Example: In my story The Camera Never Lies, I knew I was going to be short on word count and needed to add another chapter or so. Friends shared a story about the husband taking Ambien and they discovered that he was buying Jesus, Mary and Joseph dolls from an infomercial while sleeping. That inspired me to write about my main character’s mother sleeping walking and added another layer to the mystery—had her mother committed murder in her sleep. Of course, I also added the purchase of the Jesus, Mary and Joseph dolls.

5) Explore things that you’re passionate about. Example: Growing up in Texas I was always fascinated with the redwood trees that I’d learned about in school. I dreamed of seeing them one day. I never imagined I’d end up living close enough to drive to one of the state parks for an afternoon hike—it’s one of my favorite places in the world. I’m so excited that I now get to write those three stories set in the redwoods.

6) Constantly ask, “what if.” This one IS a “no-brainer.”

7) Make a list of all your favorite novels and movies and try to figure out why you enjoyed them. Is there a related theme that interests you? Or look for existing movies or plots and twist them around changing them up until they no longer resemble the original. Remember, there are only a few basic plots. Stars War, Harry Potter, and Eragon all share the same basic plot.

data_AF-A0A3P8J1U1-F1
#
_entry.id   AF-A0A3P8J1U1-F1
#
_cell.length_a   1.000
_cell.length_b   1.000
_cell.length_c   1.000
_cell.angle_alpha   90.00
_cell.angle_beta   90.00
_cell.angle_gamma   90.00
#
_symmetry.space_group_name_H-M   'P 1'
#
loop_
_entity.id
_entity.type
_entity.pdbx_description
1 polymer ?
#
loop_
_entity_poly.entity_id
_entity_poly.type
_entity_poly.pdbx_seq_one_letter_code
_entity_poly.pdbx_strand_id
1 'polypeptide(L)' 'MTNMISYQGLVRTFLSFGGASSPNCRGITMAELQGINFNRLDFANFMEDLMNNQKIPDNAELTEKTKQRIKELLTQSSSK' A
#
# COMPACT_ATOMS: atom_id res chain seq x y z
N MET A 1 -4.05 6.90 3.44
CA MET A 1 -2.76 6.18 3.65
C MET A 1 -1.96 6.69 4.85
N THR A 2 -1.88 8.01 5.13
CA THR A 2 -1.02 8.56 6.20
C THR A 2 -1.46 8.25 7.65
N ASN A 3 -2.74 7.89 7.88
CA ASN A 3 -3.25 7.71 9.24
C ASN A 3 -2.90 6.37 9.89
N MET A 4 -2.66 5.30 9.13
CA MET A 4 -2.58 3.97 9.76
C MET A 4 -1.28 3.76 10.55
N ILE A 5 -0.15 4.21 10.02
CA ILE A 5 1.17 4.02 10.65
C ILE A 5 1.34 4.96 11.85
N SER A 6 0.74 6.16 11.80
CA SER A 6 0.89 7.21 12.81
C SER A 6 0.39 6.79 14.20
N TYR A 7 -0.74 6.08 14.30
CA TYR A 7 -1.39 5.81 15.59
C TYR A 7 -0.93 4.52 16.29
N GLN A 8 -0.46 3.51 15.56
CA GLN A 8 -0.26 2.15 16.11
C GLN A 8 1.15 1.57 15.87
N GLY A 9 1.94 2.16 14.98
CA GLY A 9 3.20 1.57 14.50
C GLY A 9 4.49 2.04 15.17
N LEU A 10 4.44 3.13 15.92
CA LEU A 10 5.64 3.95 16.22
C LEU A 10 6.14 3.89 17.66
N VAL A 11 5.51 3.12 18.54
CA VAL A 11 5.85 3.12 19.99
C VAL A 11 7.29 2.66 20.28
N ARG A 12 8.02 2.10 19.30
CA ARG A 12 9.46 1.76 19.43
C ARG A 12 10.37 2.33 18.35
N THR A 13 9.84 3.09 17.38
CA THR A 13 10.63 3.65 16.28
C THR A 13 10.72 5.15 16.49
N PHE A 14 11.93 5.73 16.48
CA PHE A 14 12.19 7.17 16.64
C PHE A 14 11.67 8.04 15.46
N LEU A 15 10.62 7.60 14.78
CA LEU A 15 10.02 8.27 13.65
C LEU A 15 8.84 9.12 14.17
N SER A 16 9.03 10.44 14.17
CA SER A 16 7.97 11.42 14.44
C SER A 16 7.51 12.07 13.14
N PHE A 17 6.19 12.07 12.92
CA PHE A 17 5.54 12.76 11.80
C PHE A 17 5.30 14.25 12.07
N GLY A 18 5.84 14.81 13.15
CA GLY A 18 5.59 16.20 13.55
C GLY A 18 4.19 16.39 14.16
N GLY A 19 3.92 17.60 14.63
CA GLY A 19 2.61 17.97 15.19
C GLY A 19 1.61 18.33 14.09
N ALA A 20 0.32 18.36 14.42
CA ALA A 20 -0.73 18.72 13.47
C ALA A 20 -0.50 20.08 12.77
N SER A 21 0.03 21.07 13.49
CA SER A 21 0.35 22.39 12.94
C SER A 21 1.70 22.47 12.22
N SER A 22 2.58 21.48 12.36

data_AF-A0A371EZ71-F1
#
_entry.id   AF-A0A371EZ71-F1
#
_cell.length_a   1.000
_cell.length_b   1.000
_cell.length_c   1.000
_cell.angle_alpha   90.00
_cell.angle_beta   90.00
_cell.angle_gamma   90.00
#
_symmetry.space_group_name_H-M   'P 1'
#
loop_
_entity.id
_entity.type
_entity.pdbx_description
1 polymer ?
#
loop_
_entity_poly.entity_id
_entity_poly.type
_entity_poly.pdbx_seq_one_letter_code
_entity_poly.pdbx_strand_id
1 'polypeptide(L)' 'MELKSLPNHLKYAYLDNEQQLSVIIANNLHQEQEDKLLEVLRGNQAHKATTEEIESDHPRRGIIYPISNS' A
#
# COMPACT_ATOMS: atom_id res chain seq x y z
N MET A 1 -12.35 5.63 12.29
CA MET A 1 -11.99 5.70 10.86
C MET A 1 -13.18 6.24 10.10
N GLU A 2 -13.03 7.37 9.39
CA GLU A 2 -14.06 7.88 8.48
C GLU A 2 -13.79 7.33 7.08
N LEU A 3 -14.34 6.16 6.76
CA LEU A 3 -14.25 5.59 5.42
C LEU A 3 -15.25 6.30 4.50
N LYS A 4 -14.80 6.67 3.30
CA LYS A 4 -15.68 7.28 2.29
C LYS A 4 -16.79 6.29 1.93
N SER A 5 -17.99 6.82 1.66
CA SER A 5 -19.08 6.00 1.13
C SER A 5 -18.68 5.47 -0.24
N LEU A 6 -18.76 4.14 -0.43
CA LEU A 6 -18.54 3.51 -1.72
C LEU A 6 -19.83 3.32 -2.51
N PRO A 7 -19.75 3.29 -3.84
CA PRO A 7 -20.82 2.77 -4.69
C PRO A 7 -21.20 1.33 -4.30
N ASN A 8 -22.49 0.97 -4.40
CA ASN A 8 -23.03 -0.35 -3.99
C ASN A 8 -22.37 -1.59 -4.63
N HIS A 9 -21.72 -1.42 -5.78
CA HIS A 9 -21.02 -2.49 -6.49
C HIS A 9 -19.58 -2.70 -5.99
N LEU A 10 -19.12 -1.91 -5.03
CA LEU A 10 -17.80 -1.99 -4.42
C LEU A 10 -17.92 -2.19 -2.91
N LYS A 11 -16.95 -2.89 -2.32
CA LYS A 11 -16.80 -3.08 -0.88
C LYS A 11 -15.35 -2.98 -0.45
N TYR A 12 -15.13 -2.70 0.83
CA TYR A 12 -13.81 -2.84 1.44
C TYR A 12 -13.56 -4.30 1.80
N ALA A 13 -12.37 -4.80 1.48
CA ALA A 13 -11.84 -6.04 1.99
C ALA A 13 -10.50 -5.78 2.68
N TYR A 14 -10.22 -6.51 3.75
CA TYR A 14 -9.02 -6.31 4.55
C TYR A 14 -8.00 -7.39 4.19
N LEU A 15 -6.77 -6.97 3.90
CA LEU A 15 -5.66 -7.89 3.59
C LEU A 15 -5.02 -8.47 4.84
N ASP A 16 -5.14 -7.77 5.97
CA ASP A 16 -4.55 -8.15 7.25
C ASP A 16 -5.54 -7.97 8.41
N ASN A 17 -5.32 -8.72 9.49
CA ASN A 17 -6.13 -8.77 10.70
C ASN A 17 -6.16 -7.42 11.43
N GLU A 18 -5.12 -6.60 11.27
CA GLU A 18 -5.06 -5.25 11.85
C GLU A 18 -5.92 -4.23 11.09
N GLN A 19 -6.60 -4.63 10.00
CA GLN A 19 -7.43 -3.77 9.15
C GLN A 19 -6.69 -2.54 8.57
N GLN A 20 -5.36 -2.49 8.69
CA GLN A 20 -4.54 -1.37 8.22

8) Most importantly, train yourself to recognize the right idea—that one that will stand out.


At this point, you might think you have a lot of ideas, but the next step is to determine if the idea is unique, memorable and marketable.

If something catches your attention as unique, unusual, or memorable, chances are it will catch the editor’s attention as well, and more importantly, the readers’ attention.


Tip: Be careful about where you get your ideas. We all filter similar things like a TV show, a country music song, an emailed urban legend, and the like that sparks an idea for developing a novel. Editors will see that same idea repeatedly. Avoid that.

This is KEY: Dig deeper into that idea and look for the not-so-obvious.

9) Last but certainly not least is a technique that I frequently use, though I don’t think it’s that popular. Be random

This is one of my favorite ways to generate a story. I come up with a random blurb and then it’s like a game or a puzzle to turn that into a compelling plot with complex characters and high stakes. You’d be amazed at how successful this can be.